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Unformatted text preview: and satisfied any
other condition necessary to earn the right to benefit from the instruments
(SFAS 123, par 17).
The fair value of stock option (or its equivalent) granted by a public company
shall be estimated using an option-pricing model that takes into account as of
the grant date the exercise price and expected life of the option, the current
price of the underlying stock and its expected volatility, expected dividends on
the stock, and the risk-free interest rate for the expected term of the option
(SFAS 123, par. 19).
A non-public company shall estimate the value of its options based on the same
factors as described for public entities, except that a non-public company need
not consider the expected volatility of its stock over the expected life of the
option (SFAS 123, par. 20).
Usually it is possible to estimate the fair value of most stock options and other
equity instruments at the date they are granted. Otherwise, the final measure of
the compensation cost shall be the fair value based on the stock price and other
performance factors at the first date at which it is possible to reasonably
estimate that value. Estimates of compensation cost for periods during which it
is not possible to determine the fair value shall be based on the current intrinsic
value of the award (SFAS 123, par. 22).
The compensation cost recognised for the award of stock–based employee
compensation shall be based on the number of instruments that eventually vest.
No compensation cost is recognised for awards that employees forfeit either
because they fail to satisfy a service requirement for vesting, such as for a fixed
35 award, or because the company does not achieve a performance condition
(SFAS 123, par. 26).
A company may choose at the grant date to base accruals of the compensation
cost on the best available estimate of the number of options or other equity
instruments that are expected to vest and to revise that estimate, if necessary, if
subsequent information indicates that actual forfeitures are likely to differ from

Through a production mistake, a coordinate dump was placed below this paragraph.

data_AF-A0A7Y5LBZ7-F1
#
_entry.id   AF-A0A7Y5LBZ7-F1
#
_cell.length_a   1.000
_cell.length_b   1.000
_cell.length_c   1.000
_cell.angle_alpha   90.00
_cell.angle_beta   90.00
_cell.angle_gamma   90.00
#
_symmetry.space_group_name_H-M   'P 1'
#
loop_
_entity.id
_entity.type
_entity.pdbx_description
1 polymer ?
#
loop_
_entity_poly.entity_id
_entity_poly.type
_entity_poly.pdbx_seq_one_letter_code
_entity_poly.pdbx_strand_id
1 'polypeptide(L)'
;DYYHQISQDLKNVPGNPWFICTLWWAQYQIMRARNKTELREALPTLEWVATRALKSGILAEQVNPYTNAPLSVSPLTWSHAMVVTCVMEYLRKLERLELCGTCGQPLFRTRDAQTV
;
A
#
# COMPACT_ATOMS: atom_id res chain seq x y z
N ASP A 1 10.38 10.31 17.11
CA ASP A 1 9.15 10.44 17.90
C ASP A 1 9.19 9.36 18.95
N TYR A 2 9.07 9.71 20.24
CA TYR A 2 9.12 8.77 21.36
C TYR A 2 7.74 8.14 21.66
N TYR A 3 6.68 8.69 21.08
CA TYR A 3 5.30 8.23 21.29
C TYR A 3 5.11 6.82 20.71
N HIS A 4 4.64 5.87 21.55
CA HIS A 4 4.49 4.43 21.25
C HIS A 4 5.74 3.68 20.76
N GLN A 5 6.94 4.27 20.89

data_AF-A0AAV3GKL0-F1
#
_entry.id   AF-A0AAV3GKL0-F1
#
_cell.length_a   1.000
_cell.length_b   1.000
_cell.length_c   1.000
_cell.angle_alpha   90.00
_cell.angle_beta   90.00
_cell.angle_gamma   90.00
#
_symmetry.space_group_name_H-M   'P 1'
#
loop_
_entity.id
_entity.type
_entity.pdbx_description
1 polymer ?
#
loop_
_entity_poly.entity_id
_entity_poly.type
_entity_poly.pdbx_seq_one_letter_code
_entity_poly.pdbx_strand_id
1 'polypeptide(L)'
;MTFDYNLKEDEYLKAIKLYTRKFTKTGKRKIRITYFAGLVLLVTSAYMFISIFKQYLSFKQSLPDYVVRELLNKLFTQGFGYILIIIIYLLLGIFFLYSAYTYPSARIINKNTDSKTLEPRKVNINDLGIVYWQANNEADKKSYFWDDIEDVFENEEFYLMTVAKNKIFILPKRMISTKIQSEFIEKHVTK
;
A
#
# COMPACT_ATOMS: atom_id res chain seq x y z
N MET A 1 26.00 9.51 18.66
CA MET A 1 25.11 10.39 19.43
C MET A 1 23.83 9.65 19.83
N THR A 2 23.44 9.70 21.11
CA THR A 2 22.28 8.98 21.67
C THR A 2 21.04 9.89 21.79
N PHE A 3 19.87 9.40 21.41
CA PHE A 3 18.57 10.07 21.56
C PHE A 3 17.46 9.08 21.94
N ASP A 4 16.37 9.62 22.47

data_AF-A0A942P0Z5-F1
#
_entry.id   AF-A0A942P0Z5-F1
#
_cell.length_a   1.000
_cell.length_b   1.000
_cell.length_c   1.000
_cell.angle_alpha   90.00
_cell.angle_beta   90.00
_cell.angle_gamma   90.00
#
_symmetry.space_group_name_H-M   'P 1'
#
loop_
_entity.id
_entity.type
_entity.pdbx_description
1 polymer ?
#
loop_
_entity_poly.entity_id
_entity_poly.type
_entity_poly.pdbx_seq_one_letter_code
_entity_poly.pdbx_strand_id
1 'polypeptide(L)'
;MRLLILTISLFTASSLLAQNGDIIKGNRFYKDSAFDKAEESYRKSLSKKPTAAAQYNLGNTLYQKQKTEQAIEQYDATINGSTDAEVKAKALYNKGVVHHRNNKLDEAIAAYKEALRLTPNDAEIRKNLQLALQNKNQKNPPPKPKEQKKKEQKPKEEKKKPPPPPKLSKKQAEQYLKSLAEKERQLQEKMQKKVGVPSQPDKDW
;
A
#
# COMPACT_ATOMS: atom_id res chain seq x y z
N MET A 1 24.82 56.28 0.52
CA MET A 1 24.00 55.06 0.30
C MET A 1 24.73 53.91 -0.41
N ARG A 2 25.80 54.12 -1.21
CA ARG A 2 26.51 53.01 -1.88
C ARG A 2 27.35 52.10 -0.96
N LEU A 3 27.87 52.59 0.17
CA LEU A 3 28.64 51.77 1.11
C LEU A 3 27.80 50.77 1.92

initial estimates. Alternatively, a company may begin accruing compensation
cost as if all instruments granted that are subject only to a service requirement
are expected to vest. The effect of actual forfeitures would be then recognised
as they occur (SFAS 123, par. 28).
The compensation cost for an award of equity instruments to employees shall
be recognised over the period(s) in which the related employee services are
rendered by a charge to compensation cost and a corresponding credit to equity
if the award is for future services. If the service period is not defined as an
earlier or shorter period, the service period shall be presumed to be period from
the grant date to the date that the award is vested and its exercisability does not
depend on the continued employee service. If the award is for past services, the
related compensation cost shall be recognised in the period in which it is
granted (SFAS 123, par. 30).
The employer is required to include certain disclosures about stock-based
employee compensation arrangements in its financial statements regardless of
the chosen accounting method. A company shall provide a description of the
plan(s), such as vesting requirements, the maximum term of options granted,
and the number of the shares authorised for grants of options or other equity
instruments (SFAS 123, par. 45). 3.10 Examination of FASB Statement No. 148 “Accounting for
Stock-Based Compensation – Transition and Disclosure”
On October 4, 2002, FASB issued an Exposure Draft called “Accounting for
Stock-Based Compensation – Transition and Disclosure”, which was an
amendment of SFAS 123. On December 31, 2002, FASB published SFAS No.
148 “Accounting for Stock-Based Compensation – Transition and Disclosure”
(www.fasb.org/news/nr123102.shtml). SFAS 48 is based on the ED.
Further we look into two main parts of this Statement: Amendment to
Transition Provisions and Amendment to Disclosure Provisions.
SFAS 123 required companies, which adopted the fair value based method, to
apply this method prospectively for new share options granted. This caused a
36 so-called “ramp-up” effect on reported compensation cost, which worried both
companies and investors as there was no consistency in the reported results.
However, FASB was concerned that retroactive application of the fair value
method would be troublesome for financial statement preparers as the historical
assumptions necessary for establishing the fair value of shares or options
granted before the introduction of SFAS 123 were not readily available. In
order to assist companies willing to apply the fair value for measuring shares or
options granted, SFAS 148 provides two more methods of transition. Both
methods eliminate the ramp-up effect by including company’s stock-based
compensation expense immediately upon adoption. At present, if the company
decides to adopt the fair value method of accounting for share option plans, the
amendment to Transition Provisions, paragraph 52 of SFAS 123, allows the
three following alternatives:
a. b. c. “The company can apply the fair value based method of...
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This document was uploaded on 10/31/2013.
- Fall '13